Is there a way to prove the following result using connectedness?

Result:Let J=R∖Q denote the set of irrational numbers. There is no continuous map f:R→R such that f(Q)⊆J and f(J)⊆Q.

**Answer**

Here’s a way to use connectedness, really amounting to using the intermediate value theorem.

If f(Q)⊆R∖Q and f(R∖Q)⊆Q, then f(0)≠f(√2). Because intervals are connected in R and f is continuous, f[0,√2] is connected. Because connected subsets of R are intervals, f[0,√2] contains the interval [min{f(0),f(√2)},max{f(0),f(√2)}]. The set of irrational numbers in this interval is uncountable, yet contained in the countable set f(Q), a contradiction.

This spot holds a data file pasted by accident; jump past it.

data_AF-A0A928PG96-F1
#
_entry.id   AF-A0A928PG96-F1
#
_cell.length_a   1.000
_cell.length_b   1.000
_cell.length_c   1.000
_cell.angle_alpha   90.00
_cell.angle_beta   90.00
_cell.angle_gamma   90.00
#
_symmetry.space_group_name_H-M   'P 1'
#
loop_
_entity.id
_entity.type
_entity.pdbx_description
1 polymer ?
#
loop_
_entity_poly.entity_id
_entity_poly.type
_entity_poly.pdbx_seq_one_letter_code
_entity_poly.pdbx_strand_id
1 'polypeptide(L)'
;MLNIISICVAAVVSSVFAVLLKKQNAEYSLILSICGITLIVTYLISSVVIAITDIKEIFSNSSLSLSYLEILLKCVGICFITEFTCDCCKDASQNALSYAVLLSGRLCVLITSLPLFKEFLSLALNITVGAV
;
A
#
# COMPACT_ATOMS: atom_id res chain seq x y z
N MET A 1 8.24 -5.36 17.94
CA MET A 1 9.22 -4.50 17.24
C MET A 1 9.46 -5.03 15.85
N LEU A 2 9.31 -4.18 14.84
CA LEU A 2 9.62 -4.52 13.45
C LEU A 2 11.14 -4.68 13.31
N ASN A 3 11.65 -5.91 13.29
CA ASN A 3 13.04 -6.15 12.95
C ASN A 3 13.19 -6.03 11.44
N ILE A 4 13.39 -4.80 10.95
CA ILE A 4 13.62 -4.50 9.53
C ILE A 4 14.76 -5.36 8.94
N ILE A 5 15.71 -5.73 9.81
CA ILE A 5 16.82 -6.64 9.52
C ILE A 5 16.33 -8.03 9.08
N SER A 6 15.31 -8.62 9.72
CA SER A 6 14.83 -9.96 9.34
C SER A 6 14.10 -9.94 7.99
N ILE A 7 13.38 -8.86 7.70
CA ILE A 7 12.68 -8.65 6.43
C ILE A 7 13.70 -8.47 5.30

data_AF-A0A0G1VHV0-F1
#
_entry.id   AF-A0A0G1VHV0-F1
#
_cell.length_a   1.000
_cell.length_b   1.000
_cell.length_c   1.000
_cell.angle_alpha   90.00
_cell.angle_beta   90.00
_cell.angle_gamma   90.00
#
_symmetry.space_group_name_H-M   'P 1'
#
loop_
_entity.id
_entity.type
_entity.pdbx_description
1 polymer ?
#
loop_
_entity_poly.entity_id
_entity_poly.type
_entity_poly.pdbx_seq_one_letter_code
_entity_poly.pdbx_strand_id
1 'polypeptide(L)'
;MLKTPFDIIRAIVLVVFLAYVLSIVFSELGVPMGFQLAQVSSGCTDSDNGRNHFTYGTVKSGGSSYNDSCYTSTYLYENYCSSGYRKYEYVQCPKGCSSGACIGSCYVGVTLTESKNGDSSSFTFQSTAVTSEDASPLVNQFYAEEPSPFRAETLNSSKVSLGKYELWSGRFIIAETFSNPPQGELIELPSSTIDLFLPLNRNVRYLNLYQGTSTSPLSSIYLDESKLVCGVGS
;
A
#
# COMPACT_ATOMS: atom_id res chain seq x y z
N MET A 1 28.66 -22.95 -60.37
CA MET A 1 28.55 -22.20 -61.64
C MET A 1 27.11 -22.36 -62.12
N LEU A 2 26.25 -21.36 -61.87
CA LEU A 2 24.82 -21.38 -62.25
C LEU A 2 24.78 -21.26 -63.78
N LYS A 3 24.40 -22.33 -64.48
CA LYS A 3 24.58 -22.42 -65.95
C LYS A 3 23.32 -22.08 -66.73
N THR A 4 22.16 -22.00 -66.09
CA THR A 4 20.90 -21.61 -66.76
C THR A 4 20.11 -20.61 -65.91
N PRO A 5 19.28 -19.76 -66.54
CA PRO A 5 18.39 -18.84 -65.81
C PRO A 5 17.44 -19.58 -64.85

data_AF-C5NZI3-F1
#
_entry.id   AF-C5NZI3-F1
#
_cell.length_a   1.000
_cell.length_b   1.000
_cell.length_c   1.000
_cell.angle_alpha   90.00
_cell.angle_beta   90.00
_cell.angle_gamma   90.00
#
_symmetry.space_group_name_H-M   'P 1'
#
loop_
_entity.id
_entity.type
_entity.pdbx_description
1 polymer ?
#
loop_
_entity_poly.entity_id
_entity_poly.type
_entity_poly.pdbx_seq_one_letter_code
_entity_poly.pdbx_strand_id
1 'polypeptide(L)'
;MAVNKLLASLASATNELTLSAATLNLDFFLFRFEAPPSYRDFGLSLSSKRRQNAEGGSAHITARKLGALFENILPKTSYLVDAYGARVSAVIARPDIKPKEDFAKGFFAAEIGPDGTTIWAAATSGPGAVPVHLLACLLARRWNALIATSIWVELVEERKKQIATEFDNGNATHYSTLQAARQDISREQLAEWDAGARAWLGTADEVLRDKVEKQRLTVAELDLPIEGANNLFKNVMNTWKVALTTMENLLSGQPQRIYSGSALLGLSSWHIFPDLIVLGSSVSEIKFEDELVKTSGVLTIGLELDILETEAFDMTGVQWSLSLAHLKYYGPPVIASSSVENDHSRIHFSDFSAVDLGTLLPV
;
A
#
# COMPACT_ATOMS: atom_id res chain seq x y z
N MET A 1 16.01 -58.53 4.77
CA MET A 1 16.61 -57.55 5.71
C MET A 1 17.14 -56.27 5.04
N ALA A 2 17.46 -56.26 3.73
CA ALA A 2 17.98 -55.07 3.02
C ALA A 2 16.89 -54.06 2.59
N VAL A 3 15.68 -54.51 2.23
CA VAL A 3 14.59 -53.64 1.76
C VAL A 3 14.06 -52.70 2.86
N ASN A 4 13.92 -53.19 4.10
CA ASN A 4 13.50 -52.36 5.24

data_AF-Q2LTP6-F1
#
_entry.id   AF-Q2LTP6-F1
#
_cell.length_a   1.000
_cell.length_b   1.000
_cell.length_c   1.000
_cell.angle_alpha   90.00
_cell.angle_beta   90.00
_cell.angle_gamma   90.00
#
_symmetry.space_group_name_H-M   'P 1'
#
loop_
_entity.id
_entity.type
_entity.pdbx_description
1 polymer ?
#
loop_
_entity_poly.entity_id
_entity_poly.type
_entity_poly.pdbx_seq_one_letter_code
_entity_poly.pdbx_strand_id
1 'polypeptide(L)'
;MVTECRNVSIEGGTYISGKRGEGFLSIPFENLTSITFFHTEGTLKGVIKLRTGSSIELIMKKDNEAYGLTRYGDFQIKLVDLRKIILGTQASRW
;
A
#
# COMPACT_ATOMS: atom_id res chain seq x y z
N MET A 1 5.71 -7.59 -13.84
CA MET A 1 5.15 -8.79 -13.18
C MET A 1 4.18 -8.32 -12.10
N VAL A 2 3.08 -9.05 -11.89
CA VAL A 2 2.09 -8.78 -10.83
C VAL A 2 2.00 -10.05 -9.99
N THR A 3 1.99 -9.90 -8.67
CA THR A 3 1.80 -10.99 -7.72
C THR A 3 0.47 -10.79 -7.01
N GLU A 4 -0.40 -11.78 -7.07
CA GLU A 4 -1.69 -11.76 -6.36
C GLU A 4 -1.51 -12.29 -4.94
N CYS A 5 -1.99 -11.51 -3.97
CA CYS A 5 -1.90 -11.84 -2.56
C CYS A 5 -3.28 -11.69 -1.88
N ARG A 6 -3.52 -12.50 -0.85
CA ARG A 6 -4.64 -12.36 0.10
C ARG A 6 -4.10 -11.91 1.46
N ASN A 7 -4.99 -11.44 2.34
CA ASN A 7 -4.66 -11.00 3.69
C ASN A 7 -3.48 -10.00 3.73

A slightly briefer outline: The hypothesis implies that f is nonconstant with range contained in the countable set Q∪f(Q), whereas the intermediate value theorem and uncountability of R imply that a nonconstant continuous function f:R→R has uncountable range.

**Attribution***Source : Link , Question Author : user10 , Answer Author : Jonas Meyer*